Whitman had been an object of scorn to the Emerson family ever since 1855 for twice publishing without permission the Concord philosopher’s famous letter of greeting to the poet “at the beginning of a great career.” First he had it published in the New York Tribune of October 10. Then, as if this liberty were not sufficiently offensive, the poet copied (and answered) it in an appendix to his 1856 edition of Leaves of Grass and plastered its most prominent clause in gold letters on the spine of his book. Not only Emerson’s family but also his many friends and acquaintances were outraged. Yet Emerson said nothing at the time. He even struck his “tasks,” as he promised Whitman in the letter, and visited him in Brooklyn. Had he been in possession of his full faculties in 1877, he no doubt would have responded as nobly as Longfellow and Holmes did. It wasn’t the great writers, but their New England audience that was so protective of its culture and so fearful of the barbarism of the West and western ideologies like that of Whitman, who, though he lived in the East, was anti-New England in many ways. This group of writers, it is sad to say, included Howells, who maintained throughout his life that his friend had “trifled” with the personalities of the great on that bedeviled December evening.

The question remains as to why Twain publicly subscribed to the view of his speech in the North American Review as scandalous, while privately rejoicing in it. As noted, he had defended the speech to Mrs. Fairbanks shortly after the event. The answer may be that Twain did not want to openly disagree with his friend Howells’s interpretation. The editor of the Atlantic had given The Innocents Abroad one of its strongest reviews, and he had become Twain’s close friend and literary colleague since then. Moreover, the rather pompous North American Review in 1907 that published his account of the Whittier dinner probably wouldn’t have published any other view. But Twain also knew when something was truly funny, and to protect himself in perpetuity he included in that December article a copy of the 1877 speech with only slight and insignificant minor changes. He knew that the best humor had to be irreverent, but also that that irreverence, as the basis of humor, couldn’t ever be personal or spiteful. That made it merely local and quickly dated, like that of so many other humorists of his era who relied on current events for their material. (In poetry it would be the difference between a sentimental poem for a particular person and an elegy whose personal subject is never named so that the chant becomes universal, for example, Whitman’s elegy to Lincoln in “When Lilacs Last in the Dooryard Bloom’d” or Milton’s “Lycidas.”) Twain hadn’t in fact attacked the personalities of Emerson, Longfellow, and Holmes, nor would that have been humorous if he had; it was the story’s incongruity that put their grand poetic lines in the mouths of three drunks. Twain discovered a great lesson in all this, one that he would apply in his greatest book—that the impersonal was the gateway to the greatest humor. Twain’s speech would have been in “bad taste,” as some of the newspapers later charged it was, if its humor had in fact depended on personalities and belittled actual people, but this tall tale merely deflated bloated sentiments, such as those in Longfellow’s “A Psalm of Life.” In Huckleberry Finn, the protagonist is most hilarious (deadly so) when in observing human behavior he naively juxtaposes hard reality with the sentimental or craven distortion of it. Of course, his creator had probably sensed the difference long before, even before Jim Smiley in “The Celebrated Jumping Frog of Calaveras County” bet against the parson’s fervent hope that his wife would recover from her life-threatening illness.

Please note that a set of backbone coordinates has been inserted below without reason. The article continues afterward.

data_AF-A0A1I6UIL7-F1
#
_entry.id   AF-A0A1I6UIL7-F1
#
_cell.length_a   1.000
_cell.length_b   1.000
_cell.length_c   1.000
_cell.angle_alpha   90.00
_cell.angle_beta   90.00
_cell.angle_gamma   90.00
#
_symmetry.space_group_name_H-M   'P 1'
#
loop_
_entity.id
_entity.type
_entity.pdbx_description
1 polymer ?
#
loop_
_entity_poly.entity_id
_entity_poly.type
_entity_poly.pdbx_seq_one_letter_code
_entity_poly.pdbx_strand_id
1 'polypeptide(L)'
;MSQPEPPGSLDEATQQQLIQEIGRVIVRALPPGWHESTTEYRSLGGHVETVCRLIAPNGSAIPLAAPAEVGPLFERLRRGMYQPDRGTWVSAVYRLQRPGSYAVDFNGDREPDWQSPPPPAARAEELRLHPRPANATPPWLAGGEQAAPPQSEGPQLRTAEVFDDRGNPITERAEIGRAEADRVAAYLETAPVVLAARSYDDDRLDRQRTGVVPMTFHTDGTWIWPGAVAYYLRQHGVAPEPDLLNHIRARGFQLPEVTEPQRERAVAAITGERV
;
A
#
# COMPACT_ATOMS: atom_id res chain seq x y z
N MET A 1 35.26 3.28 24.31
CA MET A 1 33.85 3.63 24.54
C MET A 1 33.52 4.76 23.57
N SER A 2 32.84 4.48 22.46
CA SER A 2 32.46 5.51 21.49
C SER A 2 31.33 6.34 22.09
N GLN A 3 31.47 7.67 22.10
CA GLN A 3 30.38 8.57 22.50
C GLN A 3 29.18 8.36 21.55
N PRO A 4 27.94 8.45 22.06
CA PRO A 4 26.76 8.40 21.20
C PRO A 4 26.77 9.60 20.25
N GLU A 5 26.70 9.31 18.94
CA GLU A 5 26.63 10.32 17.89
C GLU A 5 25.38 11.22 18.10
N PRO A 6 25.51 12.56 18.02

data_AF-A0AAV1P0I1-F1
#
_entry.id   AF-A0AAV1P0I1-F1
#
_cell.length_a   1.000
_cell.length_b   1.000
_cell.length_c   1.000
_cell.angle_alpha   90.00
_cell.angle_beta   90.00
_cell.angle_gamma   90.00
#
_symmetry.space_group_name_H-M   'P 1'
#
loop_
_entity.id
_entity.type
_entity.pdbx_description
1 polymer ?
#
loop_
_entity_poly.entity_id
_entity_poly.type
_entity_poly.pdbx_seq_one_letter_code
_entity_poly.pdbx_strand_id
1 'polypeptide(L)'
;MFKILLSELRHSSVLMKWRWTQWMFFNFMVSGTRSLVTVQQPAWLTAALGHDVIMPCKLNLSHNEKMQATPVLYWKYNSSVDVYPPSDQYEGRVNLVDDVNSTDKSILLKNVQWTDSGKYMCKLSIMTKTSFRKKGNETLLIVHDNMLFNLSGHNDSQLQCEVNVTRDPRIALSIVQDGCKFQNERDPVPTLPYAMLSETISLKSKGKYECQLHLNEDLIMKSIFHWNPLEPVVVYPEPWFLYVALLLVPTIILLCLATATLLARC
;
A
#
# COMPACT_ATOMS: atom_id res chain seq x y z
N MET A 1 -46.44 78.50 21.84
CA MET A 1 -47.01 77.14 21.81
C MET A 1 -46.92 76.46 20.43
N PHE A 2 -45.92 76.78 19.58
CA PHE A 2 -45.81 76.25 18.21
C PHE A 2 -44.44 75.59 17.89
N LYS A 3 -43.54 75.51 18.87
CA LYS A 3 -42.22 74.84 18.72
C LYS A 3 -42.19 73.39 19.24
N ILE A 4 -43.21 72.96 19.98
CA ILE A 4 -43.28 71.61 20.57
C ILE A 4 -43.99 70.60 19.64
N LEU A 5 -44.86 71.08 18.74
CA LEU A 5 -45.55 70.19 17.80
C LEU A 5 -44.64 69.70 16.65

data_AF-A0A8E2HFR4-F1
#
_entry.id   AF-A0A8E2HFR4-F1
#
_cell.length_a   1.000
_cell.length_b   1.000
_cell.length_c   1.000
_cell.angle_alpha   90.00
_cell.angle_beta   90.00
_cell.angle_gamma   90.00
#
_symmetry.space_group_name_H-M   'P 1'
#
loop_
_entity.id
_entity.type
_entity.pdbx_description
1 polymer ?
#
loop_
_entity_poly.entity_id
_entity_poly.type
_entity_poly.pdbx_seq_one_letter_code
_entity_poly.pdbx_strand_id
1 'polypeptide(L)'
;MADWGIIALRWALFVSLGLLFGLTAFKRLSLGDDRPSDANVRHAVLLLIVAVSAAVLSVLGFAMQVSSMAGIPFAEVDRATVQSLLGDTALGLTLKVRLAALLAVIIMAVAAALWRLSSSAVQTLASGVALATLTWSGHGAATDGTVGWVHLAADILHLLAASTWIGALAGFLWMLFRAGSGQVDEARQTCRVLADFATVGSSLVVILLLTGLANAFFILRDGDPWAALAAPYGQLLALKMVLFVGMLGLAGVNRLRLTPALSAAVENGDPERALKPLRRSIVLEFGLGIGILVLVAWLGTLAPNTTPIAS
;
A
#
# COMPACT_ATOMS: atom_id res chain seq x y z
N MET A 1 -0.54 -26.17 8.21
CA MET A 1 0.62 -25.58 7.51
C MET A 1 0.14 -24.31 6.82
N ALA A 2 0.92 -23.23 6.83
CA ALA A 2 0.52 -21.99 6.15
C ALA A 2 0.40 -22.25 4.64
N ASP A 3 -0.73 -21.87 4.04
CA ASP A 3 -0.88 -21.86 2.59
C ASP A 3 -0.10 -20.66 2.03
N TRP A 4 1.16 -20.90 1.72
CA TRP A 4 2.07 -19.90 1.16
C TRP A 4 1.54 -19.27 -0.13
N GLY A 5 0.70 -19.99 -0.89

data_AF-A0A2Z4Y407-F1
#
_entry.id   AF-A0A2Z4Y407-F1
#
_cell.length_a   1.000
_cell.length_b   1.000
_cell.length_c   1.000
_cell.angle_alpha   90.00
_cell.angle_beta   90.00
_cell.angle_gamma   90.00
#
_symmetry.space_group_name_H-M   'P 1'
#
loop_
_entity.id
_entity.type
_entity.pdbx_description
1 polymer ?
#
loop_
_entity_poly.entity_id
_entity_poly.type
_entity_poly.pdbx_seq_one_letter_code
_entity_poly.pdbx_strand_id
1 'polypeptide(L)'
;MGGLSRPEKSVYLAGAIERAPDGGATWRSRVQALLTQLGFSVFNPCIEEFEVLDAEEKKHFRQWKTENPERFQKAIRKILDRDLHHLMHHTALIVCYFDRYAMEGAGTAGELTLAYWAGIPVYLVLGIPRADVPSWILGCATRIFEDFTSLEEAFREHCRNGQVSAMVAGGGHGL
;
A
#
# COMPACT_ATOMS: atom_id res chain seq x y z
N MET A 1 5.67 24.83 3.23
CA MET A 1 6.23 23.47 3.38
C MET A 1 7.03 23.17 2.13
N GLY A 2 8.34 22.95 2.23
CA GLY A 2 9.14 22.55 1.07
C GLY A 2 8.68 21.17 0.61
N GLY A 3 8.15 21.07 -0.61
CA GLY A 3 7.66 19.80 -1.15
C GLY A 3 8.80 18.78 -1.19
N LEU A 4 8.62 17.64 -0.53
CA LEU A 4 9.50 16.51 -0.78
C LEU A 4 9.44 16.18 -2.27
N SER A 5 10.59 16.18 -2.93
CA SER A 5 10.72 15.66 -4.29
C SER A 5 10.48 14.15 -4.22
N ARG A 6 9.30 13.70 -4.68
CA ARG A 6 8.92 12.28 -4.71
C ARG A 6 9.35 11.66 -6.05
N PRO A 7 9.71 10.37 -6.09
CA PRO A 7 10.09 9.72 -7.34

The Whittier Birthday Dinner Speech

17 December 1877